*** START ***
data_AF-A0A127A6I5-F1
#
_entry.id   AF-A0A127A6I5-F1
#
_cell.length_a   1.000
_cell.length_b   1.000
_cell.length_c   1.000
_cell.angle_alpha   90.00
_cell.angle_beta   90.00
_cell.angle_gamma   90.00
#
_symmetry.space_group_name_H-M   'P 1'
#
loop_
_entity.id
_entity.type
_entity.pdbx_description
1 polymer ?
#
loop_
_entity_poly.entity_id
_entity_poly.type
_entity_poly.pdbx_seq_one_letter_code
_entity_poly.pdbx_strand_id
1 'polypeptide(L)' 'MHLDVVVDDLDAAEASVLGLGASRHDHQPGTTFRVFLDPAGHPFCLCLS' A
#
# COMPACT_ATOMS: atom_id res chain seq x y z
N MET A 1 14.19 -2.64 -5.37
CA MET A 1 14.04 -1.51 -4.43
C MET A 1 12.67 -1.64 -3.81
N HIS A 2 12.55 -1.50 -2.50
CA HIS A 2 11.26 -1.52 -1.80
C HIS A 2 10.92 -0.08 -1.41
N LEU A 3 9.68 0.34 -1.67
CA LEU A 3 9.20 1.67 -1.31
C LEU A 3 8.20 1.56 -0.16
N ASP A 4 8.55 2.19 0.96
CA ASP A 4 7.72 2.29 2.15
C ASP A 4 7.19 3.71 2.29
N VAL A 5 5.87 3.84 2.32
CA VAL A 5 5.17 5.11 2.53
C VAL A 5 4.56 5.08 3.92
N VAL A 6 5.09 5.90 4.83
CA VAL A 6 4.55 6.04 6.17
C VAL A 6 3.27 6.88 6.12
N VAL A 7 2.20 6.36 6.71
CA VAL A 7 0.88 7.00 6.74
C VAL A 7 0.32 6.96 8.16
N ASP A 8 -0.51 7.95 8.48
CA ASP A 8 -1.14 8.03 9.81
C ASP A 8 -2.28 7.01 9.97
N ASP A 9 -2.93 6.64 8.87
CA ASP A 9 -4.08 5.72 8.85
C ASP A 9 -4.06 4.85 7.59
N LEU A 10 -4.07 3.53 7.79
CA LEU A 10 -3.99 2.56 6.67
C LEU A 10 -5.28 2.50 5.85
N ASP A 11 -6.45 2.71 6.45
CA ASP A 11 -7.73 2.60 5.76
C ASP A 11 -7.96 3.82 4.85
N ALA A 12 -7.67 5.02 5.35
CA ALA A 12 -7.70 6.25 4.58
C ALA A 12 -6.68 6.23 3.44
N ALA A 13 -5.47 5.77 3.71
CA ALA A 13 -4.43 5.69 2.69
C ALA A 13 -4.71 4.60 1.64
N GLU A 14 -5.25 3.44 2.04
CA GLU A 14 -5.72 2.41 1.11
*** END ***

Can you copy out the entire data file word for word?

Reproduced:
data_AF-A0A127A6I5-F1
#
_entry.id   AF-A0A127A6I5-F1
#
_cell.length_a   1.000
_cell.length_b   1.000
_cell.length_c   1.000
_cell.angle_alpha   90.00
_cell.angle_beta   90.00
_cell.angle_gamma   90.00
#
_symmetry.space_group_name_H-M   'P 1'
#
loop_
_entity.id
_entity.type
_entity.pdbx_description
1 polymer ?
#
loop_
_entity_poly.entity_id
_entity_poly.type
_entity_poly.pdbx_seq_one_letter_code
_entity_poly.pdbx_strand_id
1 'polypeptide(L)' 'MHLDVVVDDLDAAEASVLGLGASRHDHQPGTTFRVFLDPAGHPFCLCLS' A
#
# COMPACT_ATOMS: atom_id res chain seq x y z
N MET A 1 14.19 -2.64 -5.37
CA MET A 1 14.04 -1.51 -4.43
C MET A 1 12.67 -1.64 -3.81
N HIS A 2 12.55 -1.50 -2.50
CA HIS A 2 11.26 -1.52 -1.80
C HIS A 2 10.92 -0.08 -1.41
N LEU A 3 9.68 0.34 -1.67
CA LEU A 3 9.20 1.67 -1.31
C LEU A 3 8.20 1.56 -0.16
N ASP A 4 8.55 2.19 0.96
CA ASP A 4 7.72 2.29 2.15
C ASP A 4 7.19 3.71 2.29
N VAL A 5 5.87 3.84 2.32
CA VAL A 5 5.17 5.11 2.53
C VAL A 5 4.56 5.08 3.92
N VAL A 6 5.09 5.90 4.83
CA VAL A 6 4.55 6.04 6.17
C VAL A 6 3.27 6.88 6.12
N VAL A 7 2.20 6.36 6.71
CA VAL A 7 0.88 7.00 6.74
C VAL A 7 0.32 6.96 8.16
N ASP A 8 -0.51 7.95 8.48
CA ASP A 8 -1.14 8.03 9.81
C ASP A 8 -2.28 7.01 9.97
N ASP A 9 -2.93 6.64 8.87
CA ASP A 9 -4.08 5.72 8.85
C ASP A 9 -4.06 4.85 7.59
N LEU A 10 -4.07 3.53 7.79
CA LEU A 10 -3.99 2.56 6.67
C LEU A 10 -5.28 2.50 5.85
N ASP A 11 -6.45 2.71 6.45
CA ASP A 11 -7.73 2.60 5.76
C ASP A 11 -7.96 3.82 4.85
N ALA A 12 -7.67 5.02 5.35
CA ALA A 12 -7.70 6.25 4.58
C ALA A 12 -6.68 6.23 3.44
N ALA A 13 -5.47 5.77 3.71
CA ALA A 13 -4.43 5.69 2.69
C ALA A 13 -4.71 4.60 1.64
N GLU A 14 -5.25 3.44 2.04
CA GLU A 14 -5.72 2.41 1.11